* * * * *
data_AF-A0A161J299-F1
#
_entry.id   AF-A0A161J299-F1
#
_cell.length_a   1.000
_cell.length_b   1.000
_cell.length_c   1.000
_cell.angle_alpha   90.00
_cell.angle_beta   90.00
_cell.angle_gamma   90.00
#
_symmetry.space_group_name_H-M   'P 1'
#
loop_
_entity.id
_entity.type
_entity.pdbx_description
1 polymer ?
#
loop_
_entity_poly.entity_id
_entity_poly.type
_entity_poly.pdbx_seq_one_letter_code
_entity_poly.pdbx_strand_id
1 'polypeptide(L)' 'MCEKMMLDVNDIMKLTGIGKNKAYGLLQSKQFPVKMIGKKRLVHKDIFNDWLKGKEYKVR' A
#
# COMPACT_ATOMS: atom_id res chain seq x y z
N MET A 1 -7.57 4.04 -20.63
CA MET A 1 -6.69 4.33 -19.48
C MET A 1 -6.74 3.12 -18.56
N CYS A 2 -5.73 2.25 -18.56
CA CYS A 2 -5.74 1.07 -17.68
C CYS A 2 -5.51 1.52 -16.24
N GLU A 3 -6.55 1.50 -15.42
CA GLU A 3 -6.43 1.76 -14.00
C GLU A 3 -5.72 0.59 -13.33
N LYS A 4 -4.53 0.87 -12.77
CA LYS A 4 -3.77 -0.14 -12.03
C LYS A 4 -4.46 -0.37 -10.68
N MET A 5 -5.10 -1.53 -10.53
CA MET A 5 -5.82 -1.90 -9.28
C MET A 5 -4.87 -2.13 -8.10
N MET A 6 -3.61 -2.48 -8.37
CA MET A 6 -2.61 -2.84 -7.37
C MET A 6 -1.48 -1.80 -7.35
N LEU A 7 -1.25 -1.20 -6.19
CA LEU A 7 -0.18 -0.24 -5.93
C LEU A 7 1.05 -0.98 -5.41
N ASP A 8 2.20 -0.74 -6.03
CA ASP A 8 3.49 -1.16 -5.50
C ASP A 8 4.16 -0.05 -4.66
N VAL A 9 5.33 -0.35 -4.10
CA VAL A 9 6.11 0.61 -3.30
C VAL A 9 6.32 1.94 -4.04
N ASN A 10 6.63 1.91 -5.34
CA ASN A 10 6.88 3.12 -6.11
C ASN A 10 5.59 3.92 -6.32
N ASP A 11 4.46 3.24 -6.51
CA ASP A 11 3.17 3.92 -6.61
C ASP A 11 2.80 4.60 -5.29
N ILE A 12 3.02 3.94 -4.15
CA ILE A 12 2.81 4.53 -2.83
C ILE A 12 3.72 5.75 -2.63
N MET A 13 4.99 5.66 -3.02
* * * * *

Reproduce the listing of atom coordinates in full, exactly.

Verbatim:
data_AF-A0A161J299-F1
#
_entry.id   AF-A0A161J299-F1
#
_cell.length_a   1.000
_cell.length_b   1.000
_cell.length_c   1.000
_cell.angle_alpha   90.00
_cell.angle_beta   90.00
_cell.angle_gamma   90.00
#
_symmetry.space_group_name_H-M   'P 1'
#
loop_
_entity.id
_entity.type
_entity.pdbx_description
1 polymer ?
#
loop_
_entity_poly.entity_id
_entity_poly.type
_entity_poly.pdbx_seq_one_letter_code
_entity_poly.pdbx_strand_id
1 'polypeptide(L)' 'MCEKMMLDVNDIMKLTGIGKNKAYGLLQSKQFPVKMIGKKRLVHKDIFNDWLKGKEYKVR' A
#
# COMPACT_ATOMS: atom_id res chain seq x y z
N MET A 1 -7.57 4.04 -20.63
CA MET A 1 -6.69 4.33 -19.48
C MET A 1 -6.74 3.12 -18.56
N CYS A 2 -5.73 2.25 -18.56
CA CYS A 2 -5.74 1.07 -17.68
C CYS A 2 -5.51 1.52 -16.24
N GLU A 3 -6.55 1.50 -15.42
CA GLU A 3 -6.43 1.76 -14.00
C GLU A 3 -5.72 0.59 -13.33
N LYS A 4 -4.53 0.87 -12.77
CA LYS A 4 -3.77 -0.14 -12.03
C LYS A 4 -4.46 -0.37 -10.68
N MET A 5 -5.10 -1.53 -10.53
CA MET A 5 -5.82 -1.90 -9.28
C MET A 5 -4.87 -2.13 -8.10
N MET A 6 -3.61 -2.48 -8.37
CA MET A 6 -2.61 -2.84 -7.37
C MET A 6 -1.48 -1.80 -7.35
N LEU A 7 -1.25 -1.20 -6.19
CA LEU A 7 -0.18 -0.24 -5.93
C LEU A 7 1.05 -0.98 -5.41
N ASP A 8 2.20 -0.74 -6.03
CA ASP A 8 3.49 -1.16 -5.50
C ASP A 8 4.16 -0.05 -4.66
N VAL A 9 5.33 -0.35 -4.10
CA VAL A 9 6.11 0.61 -3.30
C VAL A 9 6.32 1.94 -4.04
N ASN A 10 6.63 1.91 -5.34
CA ASN A 10 6.88 3.12 -6.11
C ASN A 10 5.59 3.92 -6.32
N ASP A 11 4.46 3.24 -6.51
CA ASP A 11 3.17 3.92 -6.61
C ASP A 11 2.80 4.60 -5.29
N ILE A 12 3.02 3.94 -4.15
CA ILE A 12 2.81 4.53 -2.83
C ILE A 12 3.72 5.75 -2.63
N MET A 13 4.99 5.66 -3.02